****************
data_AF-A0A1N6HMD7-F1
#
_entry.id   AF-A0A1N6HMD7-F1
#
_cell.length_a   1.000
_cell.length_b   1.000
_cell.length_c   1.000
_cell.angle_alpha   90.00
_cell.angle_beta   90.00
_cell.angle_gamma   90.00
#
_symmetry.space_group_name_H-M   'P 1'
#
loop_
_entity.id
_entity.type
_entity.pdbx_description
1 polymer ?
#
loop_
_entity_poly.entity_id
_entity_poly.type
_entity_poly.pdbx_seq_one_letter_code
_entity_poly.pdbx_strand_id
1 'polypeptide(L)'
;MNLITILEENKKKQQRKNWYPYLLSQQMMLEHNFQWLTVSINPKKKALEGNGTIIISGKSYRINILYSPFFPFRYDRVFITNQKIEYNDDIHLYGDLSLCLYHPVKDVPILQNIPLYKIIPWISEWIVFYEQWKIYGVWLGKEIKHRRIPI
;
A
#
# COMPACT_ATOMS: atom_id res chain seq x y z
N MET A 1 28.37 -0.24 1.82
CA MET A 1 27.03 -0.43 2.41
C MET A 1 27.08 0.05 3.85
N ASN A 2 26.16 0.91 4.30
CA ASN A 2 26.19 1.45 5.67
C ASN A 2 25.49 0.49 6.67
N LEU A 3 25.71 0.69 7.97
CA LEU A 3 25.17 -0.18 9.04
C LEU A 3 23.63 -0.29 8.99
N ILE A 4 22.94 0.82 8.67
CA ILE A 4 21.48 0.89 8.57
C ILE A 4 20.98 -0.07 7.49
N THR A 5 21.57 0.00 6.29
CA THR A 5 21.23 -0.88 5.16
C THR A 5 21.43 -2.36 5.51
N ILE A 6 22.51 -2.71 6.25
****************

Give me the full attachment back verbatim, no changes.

data_AF-A0A1N6HMD7-F1
#
_entry.id   AF-A0A1N6HMD7-F1
#
_cell.length_a   1.000
_cell.length_b   1.000
_cell.length_c   1.000
_cell.angle_alpha   90.00
_cell.angle_beta   90.00
_cell.angle_gamma   90.00
#
_symmetry.space_group_name_H-M   'P 1'
#
loop_
_entity.id
_entity.type
_entity.pdbx_description
1 polymer ?
#
loop_
_entity_poly.entity_id
_entity_poly.type
_entity_poly.pdbx_seq_one_letter_code
_entity_poly.pdbx_strand_id
1 'polypeptide(L)'
;MNLITILEENKKKQQRKNWYPYLLSQQMMLEHNFQWLTVSINPKKKALEGNGTIIISGKSYRINILYSPFFPFRYDRVFITNQKIEYNDDIHLYGDLSLCLYHPVKDVPILQNIPLYKIIPWISEWIVFYEQWKIYGVWLGKEIKHRRIPI
;
A
#
# COMPACT_ATOMS: atom_id res chain seq x y z
N MET A 1 28.37 -0.24 1.82
CA MET A 1 27.03 -0.43 2.41
C MET A 1 27.08 0.05 3.85
N ASN A 2 26.16 0.91 4.30
CA ASN A 2 26.19 1.45 5.67
C ASN A 2 25.49 0.49 6.67
N LEU A 3 25.71 0.69 7.97
CA LEU A 3 25.17 -0.18 9.04
C LEU A 3 23.63 -0.29 8.99
N ILE A 4 22.94 0.82 8.67
CA ILE A 4 21.48 0.89 8.57
C ILE A 4 20.98 -0.07 7.49
N THR A 5 21.57 0.00 6.29
CA THR A 5 21.23 -0.88 5.16
C THR A 5 21.43 -2.36 5.51
N ILE A 6 22.51 -2.71 6.25